Diana's Homeschool Blog

Welcome to my homeschool blog, which offers insights into loving learning, loving your family, loving history, loving homeschooling, and enjoying your life! With your cup of coffee in hand, take a break to laugh with me, to have your heart refreshed, to be reminded of how cool your kids really are, and to consider the amazing adventure of being a homeschool mom. AND, if you are interested in the History Revealed curriculum, be sure to check out my Teaching Tips!

Teaching Tip 12 — Following the Rabbit Trail

What fascinates your child?

Many years ago, we had a basset hound named Max (think sleepy dog, drooping eyes, and s-l-o-w motion). There were only two things that got Max’s attention and caused him to hustle—food and the scent of a rabbit. At that point, we lived in a somewhat rural area, with wooded acres to explore. Normally, Max stayed close to home and the food bowl, but there were times we would hear his distinctive, “Ah-woo-woo,” and the crashing sounds of a rather large dog running for all he was worth.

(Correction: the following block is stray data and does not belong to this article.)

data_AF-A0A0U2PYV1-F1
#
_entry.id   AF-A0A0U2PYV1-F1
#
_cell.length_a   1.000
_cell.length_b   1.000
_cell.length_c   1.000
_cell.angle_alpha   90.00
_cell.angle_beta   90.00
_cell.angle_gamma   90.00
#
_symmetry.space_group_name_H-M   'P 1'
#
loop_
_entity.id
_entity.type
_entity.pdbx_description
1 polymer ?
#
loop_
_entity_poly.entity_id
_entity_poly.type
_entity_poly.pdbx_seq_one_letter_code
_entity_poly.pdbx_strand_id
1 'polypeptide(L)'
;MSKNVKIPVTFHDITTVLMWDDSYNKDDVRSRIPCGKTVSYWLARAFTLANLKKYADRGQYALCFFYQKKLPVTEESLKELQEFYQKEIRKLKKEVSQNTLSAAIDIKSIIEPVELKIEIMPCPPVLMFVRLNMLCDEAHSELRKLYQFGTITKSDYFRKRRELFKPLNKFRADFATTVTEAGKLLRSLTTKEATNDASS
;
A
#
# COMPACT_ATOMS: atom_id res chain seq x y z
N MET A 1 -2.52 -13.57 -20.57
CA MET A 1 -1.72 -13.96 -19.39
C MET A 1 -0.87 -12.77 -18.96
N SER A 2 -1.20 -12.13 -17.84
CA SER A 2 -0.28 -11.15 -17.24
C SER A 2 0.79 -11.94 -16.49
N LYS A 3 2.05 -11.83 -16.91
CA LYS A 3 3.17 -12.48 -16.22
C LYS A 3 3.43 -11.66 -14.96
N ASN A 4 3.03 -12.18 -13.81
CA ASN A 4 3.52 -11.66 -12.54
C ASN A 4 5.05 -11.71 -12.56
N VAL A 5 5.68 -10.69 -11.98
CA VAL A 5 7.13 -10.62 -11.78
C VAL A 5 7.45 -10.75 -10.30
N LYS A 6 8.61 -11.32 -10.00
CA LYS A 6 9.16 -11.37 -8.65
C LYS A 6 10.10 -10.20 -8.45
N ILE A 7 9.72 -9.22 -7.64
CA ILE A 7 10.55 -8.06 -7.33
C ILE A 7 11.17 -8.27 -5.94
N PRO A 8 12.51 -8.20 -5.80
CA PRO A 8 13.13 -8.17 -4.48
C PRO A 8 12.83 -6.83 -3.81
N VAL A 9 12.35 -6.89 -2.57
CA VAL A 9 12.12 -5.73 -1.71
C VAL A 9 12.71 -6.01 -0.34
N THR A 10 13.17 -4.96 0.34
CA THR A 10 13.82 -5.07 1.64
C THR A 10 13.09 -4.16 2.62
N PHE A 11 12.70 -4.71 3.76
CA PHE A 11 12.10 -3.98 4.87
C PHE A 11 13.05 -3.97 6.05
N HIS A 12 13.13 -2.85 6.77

I don’t think he ever caught one. . .but he never got tired of following the rabbit’s trail.

Now, let’s talk about kids. Specifically, let’s talk about kids when it comes to learning math, science, literature, and history. Do you ever notice a marked decline in their enthusiasm? Do their eyes start to droop when you bring out the books? Do they drag through the day UNTIL school is done?

If so, then a rabbit trail is just what you need.

First, we need to define just what constitutes a rabbit trail.  What was it that propelled Max out of his lethargy and got him bounding excitedly down the path? There was something hardwired into this dog that found the scent of a rabbit fascinating. It made him want to run (unlike his normal approach to life), it caused him to shout for joy (Ah-woo-woo), and he didn’t even notice how much physical exercise it demanded.

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Top 5 Reasons to Use The Library Teaching Tip #11

Top 5 Reasons to Use the Library